Four Success Factors for Featuring an Industry Analyst on Your Webcast
- Vendor-sponsored webcasts featuring industry analysts are frequently deployed to bring independent thought leadership into the overall go-to-market strategy
- Webcasts must be managed as carefully as any other marketing event
- This blog post includes best practices that will optimize your webcast effectiveness
In an effort to enhance their marketing arsenal, B2B organizations often invite an industry analyst to join webcast events. Typically executed by technology or service providers seeking to leverage the gravitas of analysts and their employers, these presentations vary dramatically in one primary performance measure – how many potential buyers register for the event and eventually consume the content. Having delivered more than 100 of these webcasts during the last decade, I’m happy to share a few best practices here that drive stronger audience engagement.
Focus on Learning
As we all know, today’s B2B buyers buy on their terms, and they are not soft targets who unwittingly join a thought leadership event only to be baited and switched into a focus on the sponsor’s offering. Trust me, all webcast registrants are keenly aware they are entering your sales funnel. If they want a hard sell or demo, however, they don’t want to experience it in a one-way broadcast environment. Save that for a one-on-one conversation further into their journey, when they have your team’s complete attention.
For webcasts, focus instead on why your buyers should passively consume content for 45 minutes, even if it’s during their lunch break. How will the topic add to their professional abilities? The webcast should deliver something the audience will benefit from learning, even if the subject is unrelated to your offering. In fact, you’ll come across as more consultative and less pushy if you improve their general knowledge via an analyst presentation, without making a blatant product pitch.
Don’t Sell Your Webcast Short
Too many marketers think of an analyst webcast as self-sustaining event, overestimating (to my own personal shame) the cache of the analyst guest speaker in the service of attracting registrants, and underestimating the potential of Murphy’s Law to wreck the event. Rather, start with the rigorous mindset you take with a user conference, considering all potential negative scenarios (e.g. not enough registrants, technology failures) and planning for contingencies. This means launching a legitimate marketing campaign featuring multiple media, multiple touchpoints, event reminders, email signatures and social media – the works. It also means not neglecting the tech platform.
Optimize the Customer Experience
As with any interaction your organization has with prospects or customers, no webcast detail is too small to ignore:
- Event flow. Carefully plan what the audience will see and hear for all 50 minutes (that’s right, not 60 minutes) of your webcast. Is everyone – even the housekeeping host – a strong speaker? Does the slide deck properly introduce the topic, speakers, agenda and action items? Is every transition effectively planned?
- Variety. We’re often asked, “What is the ideal speaker arrangement?” Here you go: Two minutes of intro, 35 minutes of the analyst, five minutes of a customer case study, six minutes of Q&A, two minutes of closing statements.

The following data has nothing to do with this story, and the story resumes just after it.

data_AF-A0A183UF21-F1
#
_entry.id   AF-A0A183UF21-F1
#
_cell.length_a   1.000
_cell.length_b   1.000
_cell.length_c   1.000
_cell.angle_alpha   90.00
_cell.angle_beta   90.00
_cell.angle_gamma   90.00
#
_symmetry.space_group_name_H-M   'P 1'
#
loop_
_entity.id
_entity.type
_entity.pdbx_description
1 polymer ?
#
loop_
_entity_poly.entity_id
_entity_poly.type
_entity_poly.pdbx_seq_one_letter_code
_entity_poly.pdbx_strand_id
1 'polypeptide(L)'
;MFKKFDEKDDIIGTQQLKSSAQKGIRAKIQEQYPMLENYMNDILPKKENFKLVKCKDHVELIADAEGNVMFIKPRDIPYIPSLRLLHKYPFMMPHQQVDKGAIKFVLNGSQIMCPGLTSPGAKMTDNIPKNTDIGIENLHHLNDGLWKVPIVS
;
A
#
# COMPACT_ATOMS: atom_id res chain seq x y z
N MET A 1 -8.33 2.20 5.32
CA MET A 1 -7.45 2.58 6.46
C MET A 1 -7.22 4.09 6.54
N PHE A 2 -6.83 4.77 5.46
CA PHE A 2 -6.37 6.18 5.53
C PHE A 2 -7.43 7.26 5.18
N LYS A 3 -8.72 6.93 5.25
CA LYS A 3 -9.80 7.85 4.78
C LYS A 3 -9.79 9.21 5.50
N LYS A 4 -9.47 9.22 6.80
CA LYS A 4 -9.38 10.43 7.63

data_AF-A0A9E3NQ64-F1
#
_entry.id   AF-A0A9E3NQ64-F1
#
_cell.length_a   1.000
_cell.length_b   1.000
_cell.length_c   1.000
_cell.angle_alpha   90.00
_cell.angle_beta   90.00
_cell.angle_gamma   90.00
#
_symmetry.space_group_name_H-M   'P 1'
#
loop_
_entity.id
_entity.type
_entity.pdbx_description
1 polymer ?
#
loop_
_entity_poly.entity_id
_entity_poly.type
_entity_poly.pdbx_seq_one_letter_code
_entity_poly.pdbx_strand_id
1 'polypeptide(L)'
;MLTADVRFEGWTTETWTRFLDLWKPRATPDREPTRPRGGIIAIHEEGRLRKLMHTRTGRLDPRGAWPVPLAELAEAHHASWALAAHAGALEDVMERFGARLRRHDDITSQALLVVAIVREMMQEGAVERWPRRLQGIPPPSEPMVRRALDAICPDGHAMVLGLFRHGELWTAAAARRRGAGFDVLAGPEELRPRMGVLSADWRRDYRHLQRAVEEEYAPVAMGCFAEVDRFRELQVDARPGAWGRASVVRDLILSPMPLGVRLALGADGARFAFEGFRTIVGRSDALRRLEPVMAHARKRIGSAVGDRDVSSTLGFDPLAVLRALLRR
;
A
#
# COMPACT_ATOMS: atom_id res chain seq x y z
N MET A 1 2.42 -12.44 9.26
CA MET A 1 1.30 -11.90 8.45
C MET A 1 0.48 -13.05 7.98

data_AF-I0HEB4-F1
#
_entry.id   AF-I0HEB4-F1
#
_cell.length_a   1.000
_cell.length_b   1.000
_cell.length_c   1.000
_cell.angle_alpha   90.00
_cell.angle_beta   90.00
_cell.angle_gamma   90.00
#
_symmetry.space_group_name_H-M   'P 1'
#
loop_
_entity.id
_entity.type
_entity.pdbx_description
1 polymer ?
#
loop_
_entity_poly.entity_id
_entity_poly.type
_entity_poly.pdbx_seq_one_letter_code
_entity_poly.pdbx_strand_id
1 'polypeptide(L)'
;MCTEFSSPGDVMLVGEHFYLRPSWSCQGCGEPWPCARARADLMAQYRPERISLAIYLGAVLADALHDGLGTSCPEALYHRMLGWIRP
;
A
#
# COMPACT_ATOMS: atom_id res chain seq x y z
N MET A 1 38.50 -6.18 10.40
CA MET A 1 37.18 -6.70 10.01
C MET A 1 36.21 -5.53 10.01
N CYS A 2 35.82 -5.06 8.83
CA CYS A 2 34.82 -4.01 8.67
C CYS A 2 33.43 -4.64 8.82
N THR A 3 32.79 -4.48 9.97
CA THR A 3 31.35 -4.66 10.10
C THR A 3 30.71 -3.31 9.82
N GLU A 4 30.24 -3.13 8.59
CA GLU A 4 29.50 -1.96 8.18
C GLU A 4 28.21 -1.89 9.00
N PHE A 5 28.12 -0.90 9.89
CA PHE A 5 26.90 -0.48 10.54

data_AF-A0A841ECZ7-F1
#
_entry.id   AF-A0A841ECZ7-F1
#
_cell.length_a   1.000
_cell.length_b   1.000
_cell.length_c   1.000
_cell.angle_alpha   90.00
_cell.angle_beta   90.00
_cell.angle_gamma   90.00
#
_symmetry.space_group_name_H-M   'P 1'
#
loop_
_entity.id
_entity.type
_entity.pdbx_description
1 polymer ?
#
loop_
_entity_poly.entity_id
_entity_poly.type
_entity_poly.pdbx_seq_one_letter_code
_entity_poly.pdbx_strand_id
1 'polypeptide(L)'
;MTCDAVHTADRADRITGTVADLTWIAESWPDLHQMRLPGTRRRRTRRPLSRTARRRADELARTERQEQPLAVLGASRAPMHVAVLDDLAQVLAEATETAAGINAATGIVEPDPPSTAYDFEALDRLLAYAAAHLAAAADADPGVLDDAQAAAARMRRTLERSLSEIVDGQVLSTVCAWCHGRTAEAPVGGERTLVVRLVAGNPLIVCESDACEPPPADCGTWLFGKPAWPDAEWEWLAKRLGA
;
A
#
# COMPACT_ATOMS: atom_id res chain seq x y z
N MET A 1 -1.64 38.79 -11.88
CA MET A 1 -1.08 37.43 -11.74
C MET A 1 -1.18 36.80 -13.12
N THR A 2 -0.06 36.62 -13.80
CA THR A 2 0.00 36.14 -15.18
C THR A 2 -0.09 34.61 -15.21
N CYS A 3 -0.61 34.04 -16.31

- Witty repartee. It’s fine to script out some interchange among speakers – the analyst, the sponsor, the sponsor’s customer case study – but be warned, your audience will quickly identify a setup. These exchanges are the most important part of your practice sessions.
- Polling. Webcasts are, by nature, not interactive. Launch an audience poll early in the webcast to engage the audience. Try to not to make it boring – have some fun, perhaps with something lighthearted that’s currently in the news (on a 1-5 scale, how tired are you of “The Bachelor?”) – and for goodness’ sake, don’t poll any audience made up of fewer than 35 attendees. No one benefits from a bunch of 33 percent and 50 percent respondent results.
- Seed questions. Don’t assume your audience will be responsive. Plan a few provocative seed questions that keep the energy of the presentation alive – and don’t just sell your product.
- Social. Generally, we don’t see social media nearly as active for a webcast as for a user conference, but it costs nothing to develop an event-specific hashtag and build it into your webcast marketing campaign.
- Followup. Be sure to mention during the webcast – and deliver afterward – a takeaway deliverable featuring a downsized PDF version of the presentation, a link to the recording, and, of course, an invitation to the next step in the SiriusDecisions Demand Waterfall®.
Don’t Pull an Allen Iverson
Practice, practice, practice. It’s not necessary to physically deliver the entire webcast content in a rehearsal setting, but the transitions, timing and technology are crucial preparatory elements worthy of a dedicated meeting. Typically, I’ll participate in one or two webcast planning meetings, followed by a discussion dedicated solely to content, and then a short final practice session focused on the customer experience.
Featuring an industry analyst on your webcast is a great way to bring thought leadership to your buyers. But remember that such an event is not a standalone marketing tactic. Webcasts are one touchpoint in the buyer’s journey, and the campaigns supporting them need to fit into the larger, long-term messaging you deploy to optimize your pipeline-building efforts. When the topic adds value for the buyer, and fits into the greater strategic narrative you deploy to support your offering, that’s when your analyst webcast is most likely to succeed.